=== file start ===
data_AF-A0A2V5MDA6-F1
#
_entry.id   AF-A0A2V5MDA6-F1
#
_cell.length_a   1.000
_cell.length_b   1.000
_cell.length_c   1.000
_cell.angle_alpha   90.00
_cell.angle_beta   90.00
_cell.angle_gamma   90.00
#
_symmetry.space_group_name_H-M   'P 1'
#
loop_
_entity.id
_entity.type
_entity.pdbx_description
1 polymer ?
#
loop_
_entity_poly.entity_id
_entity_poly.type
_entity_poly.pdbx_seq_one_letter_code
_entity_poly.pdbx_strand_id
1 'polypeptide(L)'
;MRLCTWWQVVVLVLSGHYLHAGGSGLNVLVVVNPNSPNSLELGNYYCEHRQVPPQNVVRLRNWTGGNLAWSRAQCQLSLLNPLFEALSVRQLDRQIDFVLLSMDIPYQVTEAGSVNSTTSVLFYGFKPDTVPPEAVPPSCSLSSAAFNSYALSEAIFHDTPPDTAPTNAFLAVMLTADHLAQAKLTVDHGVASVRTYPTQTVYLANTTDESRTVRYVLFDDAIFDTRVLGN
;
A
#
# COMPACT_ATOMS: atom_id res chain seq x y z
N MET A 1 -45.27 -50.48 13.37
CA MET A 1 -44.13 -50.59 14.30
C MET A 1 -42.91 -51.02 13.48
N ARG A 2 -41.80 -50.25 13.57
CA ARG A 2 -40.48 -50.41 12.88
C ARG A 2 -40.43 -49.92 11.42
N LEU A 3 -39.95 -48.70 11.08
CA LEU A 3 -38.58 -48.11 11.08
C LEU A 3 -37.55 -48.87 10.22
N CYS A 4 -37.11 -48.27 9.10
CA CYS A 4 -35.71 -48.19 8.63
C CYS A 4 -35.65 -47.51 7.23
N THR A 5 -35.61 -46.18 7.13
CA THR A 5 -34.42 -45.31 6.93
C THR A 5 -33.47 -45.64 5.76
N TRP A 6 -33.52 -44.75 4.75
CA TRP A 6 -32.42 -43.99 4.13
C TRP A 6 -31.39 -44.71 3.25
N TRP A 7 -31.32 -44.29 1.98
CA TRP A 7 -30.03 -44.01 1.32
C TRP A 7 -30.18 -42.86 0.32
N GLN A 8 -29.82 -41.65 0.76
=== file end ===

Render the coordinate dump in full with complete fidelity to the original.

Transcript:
data_AF-A0A2V5MDA6-F1
#
_entry.id   AF-A0A2V5MDA6-F1
#
_cell.length_a   1.000
_cell.length_b   1.000
_cell.length_c   1.000
_cell.angle_alpha   90.00
_cell.angle_beta   90.00
_cell.angle_gamma   90.00
#
_symmetry.space_group_name_H-M   'P 1'
#
loop_
_entity.id
_entity.type
_entity.pdbx_description
1 polymer ?
#
loop_
_entity_poly.entity_id
_entity_poly.type
_entity_poly.pdbx_seq_one_letter_code
_entity_poly.pdbx_strand_id
1 'polypeptide(L)'
;MRLCTWWQVVVLVLSGHYLHAGGSGLNVLVVVNPNSPNSLELGNYYCEHRQVPPQNVVRLRNWTGGNLAWSRAQCQLSLLNPLFEALSVRQLDRQIDFVLLSMDIPYQVTEAGSVNSTTSVLFYGFKPDTVPPEAVPPSCSLSSAAFNSYALSEAIFHDTPPDTAPTNAFLAVMLTADHLAQAKLTVDHGVASVRTYPTQTVYLANTTDESRTVRYVLFDDAIFDTRVLGN
;
A
#
# COMPACT_ATOMS: atom_id res chain seq x y z
N MET A 1 -45.27 -50.48 13.37
CA MET A 1 -44.13 -50.59 14.30
C MET A 1 -42.91 -51.02 13.48
N ARG A 2 -41.80 -50.25 13.57
CA ARG A 2 -40.48 -50.41 12.88
C ARG A 2 -40.43 -49.92 11.42
N LEU A 3 -39.95 -48.70 11.08
CA LEU A 3 -38.58 -48.11 11.08
C LEU A 3 -37.55 -48.87 10.22
N CYS A 4 -37.11 -48.27 9.10
CA CYS A 4 -35.71 -48.19 8.63
C CYS A 4 -35.65 -47.51 7.23
N THR A 5 -35.61 -46.18 7.13
CA THR A 5 -34.42 -45.31 6.93
C THR A 5 -33.47 -45.64 5.76
N TRP A 6 -33.52 -44.75 4.75
CA TRP A 6 -32.42 -43.99 4.13
C TRP A 6 -31.39 -44.71 3.25
N TRP A 7 -31.32 -44.29 1.98
CA TRP A 7 -30.03 -44.01 1.32
C TRP A 7 -30.18 -42.86 0.32
N GLN A 8 -29.82 -41.65 0.76